Re: Normal vs. % HCL in a solution

Area: Chemistry
Posted By: John Letourneau, Lab Technician, Canadian Forestry Service
Date: Thu Jul 3 12:57:39 1997
Area of science: Chemistry
ID: 867719559.Ch
Message:
```	In chemical terms, concentrations or strengths of solutions are
generally stated in one of two units of measure.  Solutions are sometimes
stated in molar quantities (eg; 6M solution) or as a percentage.
Percentage, sometimes listed as equivalence, is usually stated as w/w
(weight of solute / weight of solution) so if you have a 50% solution of
HCl in water, half of it's weight is HCl and half of it is water.  Molar
quantities are a little more complicated which explains why percentages are
more often used in industrial applications.
The molarity of a solution is expressed in mol / litre so if you
have a solution that is 6 M (6 mol / litre) there is 6 mol of solute (HCl
in your case) in every litre of solution.  Obviously, the mol unit here is
of no use to you so you will need to be able to convert from mol to grams.
The molecular weight of a molecule is given in units of grams / mole and
it is this number which is used in the conversion.  The molecular weight;
M.W. or formua weight F.W. (the two are synonymous) is either listed on the
container, can be deduced given the molecular formula using the periodic
table of elements or you can look it up in most chemical supply catalogs
under the appropriate chemical.
The molecular weight of HCl for instance is 36.461 g/mole which
means that for every mole of HCl there is 36.461 grams of HCL.  Therefore
if you have a 6 mol/litre solution there is 6x36.461grams of HCl in that
litre or 218.776 g/litre.  If you convert litres to grams (knowing that the
density of water is 1 g/ml) you get 218.771 g of HCl/1000 g of solution or
~22% HCl in water.  For more concentrated solutions the density of the
solution may change and you must substitute this desity into the above
calculation.  You can convert the other way (from % to molarity) by
dividing the number of grams of solute/litre (in your case HCl) by its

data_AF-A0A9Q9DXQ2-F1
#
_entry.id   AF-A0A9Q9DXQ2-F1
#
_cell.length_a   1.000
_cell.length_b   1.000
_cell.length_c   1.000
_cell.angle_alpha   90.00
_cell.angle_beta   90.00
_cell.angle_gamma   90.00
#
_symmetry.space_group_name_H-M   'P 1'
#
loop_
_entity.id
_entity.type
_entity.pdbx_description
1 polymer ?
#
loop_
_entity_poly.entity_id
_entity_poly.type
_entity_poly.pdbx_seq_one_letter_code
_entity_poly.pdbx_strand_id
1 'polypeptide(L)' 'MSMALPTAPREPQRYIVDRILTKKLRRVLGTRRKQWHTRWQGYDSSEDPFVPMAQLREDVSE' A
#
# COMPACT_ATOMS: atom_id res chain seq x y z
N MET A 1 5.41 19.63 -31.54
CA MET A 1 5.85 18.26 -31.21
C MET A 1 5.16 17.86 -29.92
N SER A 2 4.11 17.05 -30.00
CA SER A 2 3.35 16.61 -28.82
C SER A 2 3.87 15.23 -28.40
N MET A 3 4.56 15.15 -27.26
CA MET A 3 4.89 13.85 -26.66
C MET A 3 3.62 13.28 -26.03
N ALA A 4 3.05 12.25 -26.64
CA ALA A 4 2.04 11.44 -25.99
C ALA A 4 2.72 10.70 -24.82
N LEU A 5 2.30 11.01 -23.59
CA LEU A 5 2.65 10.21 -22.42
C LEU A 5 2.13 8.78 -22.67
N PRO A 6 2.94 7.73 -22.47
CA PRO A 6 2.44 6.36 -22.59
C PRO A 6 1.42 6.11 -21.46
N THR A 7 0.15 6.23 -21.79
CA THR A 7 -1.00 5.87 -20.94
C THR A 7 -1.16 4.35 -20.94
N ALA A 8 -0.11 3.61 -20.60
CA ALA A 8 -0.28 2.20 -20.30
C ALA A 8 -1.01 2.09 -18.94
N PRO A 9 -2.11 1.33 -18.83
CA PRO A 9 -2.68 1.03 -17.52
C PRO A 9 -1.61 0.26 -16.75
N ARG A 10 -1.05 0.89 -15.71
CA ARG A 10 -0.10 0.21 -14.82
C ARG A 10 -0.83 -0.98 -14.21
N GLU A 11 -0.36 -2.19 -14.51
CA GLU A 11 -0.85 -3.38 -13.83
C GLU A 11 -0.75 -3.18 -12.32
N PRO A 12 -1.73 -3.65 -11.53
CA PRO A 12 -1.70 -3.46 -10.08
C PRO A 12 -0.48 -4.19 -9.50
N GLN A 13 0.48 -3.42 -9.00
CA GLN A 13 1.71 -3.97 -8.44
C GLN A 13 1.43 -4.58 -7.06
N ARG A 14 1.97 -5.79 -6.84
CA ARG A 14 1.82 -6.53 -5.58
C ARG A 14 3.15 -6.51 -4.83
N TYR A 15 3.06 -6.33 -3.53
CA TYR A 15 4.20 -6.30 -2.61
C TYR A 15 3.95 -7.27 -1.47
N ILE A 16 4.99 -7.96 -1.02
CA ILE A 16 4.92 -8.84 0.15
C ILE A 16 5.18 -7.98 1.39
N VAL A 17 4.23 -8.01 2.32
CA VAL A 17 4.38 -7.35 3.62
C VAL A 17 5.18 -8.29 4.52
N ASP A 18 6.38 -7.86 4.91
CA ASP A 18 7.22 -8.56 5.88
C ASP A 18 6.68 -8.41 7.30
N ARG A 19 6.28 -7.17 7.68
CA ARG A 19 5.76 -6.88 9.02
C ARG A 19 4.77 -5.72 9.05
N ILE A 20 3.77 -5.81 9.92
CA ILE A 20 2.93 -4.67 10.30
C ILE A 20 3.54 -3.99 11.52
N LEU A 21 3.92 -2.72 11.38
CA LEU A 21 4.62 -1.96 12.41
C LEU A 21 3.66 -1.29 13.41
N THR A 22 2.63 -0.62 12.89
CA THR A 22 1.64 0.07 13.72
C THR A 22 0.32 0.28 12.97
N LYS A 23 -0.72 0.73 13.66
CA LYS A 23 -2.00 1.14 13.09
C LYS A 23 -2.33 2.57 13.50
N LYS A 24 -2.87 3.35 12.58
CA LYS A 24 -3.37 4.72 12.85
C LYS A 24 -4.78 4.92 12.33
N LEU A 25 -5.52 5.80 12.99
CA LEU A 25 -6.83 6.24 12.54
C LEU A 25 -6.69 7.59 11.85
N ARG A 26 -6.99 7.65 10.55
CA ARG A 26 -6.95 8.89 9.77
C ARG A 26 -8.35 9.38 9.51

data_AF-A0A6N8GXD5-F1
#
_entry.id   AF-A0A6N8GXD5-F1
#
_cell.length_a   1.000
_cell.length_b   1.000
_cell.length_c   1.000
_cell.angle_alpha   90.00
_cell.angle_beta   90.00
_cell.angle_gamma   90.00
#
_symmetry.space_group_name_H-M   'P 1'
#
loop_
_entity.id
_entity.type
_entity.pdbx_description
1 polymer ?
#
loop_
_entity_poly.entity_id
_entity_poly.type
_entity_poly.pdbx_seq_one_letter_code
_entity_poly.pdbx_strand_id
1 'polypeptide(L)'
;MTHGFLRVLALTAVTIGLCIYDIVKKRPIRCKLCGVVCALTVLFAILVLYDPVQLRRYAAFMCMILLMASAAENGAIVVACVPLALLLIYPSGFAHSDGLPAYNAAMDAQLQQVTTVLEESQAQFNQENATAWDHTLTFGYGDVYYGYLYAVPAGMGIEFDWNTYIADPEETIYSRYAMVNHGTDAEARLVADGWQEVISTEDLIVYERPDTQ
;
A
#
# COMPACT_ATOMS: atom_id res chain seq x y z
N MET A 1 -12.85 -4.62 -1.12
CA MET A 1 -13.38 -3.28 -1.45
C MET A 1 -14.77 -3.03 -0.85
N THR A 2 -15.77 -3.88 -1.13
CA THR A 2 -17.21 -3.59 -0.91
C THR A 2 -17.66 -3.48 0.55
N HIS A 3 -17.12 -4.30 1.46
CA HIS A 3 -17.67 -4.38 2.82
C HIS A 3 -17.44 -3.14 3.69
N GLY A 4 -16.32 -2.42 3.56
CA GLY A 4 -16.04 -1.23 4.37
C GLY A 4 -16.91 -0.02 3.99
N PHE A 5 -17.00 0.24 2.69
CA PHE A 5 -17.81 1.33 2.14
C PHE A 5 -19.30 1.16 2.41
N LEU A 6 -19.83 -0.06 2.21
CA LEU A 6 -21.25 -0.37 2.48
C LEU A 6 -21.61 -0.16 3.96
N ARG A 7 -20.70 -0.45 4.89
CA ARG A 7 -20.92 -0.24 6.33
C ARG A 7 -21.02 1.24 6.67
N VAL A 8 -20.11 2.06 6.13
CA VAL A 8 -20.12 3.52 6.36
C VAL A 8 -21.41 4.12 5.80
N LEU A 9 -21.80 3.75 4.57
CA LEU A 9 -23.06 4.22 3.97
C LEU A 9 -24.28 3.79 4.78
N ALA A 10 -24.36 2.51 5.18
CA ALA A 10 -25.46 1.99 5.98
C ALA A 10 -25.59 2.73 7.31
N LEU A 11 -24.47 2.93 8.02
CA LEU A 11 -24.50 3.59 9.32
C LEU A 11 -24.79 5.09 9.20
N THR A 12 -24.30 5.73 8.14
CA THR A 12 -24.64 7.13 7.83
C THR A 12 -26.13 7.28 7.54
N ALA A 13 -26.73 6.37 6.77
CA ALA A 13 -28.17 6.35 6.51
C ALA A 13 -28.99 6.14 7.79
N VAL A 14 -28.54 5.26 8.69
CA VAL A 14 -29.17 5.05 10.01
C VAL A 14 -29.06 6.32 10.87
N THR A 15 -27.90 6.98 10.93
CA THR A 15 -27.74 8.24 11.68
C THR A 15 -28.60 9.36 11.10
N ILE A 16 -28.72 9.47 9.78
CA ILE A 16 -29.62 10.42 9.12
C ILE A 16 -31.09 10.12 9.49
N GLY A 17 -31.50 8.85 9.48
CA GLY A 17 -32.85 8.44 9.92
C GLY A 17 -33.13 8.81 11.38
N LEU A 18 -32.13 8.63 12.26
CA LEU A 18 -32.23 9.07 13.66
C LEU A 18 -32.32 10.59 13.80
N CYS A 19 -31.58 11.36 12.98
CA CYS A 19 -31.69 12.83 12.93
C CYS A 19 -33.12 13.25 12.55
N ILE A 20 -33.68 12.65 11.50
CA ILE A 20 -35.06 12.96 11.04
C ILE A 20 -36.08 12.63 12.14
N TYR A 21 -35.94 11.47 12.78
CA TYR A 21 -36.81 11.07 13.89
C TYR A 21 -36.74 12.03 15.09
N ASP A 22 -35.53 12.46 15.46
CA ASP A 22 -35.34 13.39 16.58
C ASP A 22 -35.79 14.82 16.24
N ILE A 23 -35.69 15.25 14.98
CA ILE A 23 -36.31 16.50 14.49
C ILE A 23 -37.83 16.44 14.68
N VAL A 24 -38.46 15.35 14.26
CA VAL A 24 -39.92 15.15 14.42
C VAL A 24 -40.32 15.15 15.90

molecular mass giving you the number of moles/litre.  So, using your 50%
solution as an example it would be a 13.7M solution of HCl in water.
Normality and molarity are closely related and have to do with the
concentration of acidic hydrogens in solution rather than acid molecules.
For HCl solutions molarity and normality are equal because each molecule
has only one acidic hydrogen atom.  For other acids which have multiple
acidic hydrogens such as sluphuric acid wich has 2 and phosphoric acid
which has 3 acidic hydrogens simply multiply the molarity by the number of
acidic hydrogens to get the normality.
In case this calculation is a little too complicated,  many
suppliers list both the molarity and the pecent by weight on the container
one of which will be in large bold print and the other will be in fine
print (often somwhere else on the label).
I hope that this has been helpful.  If you find all of this a
little hard to wade through I'll give you a little equation you can use to
do the conversion without worrying about the theory.

%by weight ={(Molarity x Molecular Weight)/(density x 1000 mL/litre)}x 100%

Molarity =(% by weight x density x 1000 mL/litre)/(Molecular weight x 100%)

For the calculation to work properly the units of measure must be
as follows;

Molecular weight - grams/mol (36.461 g/mol for HCl)
Molarity - mol/litre
Density - g/millilitre (Density may be listed as specific gravity)
```

Current Queue | Current Queue for Chemistry | Chemistry archives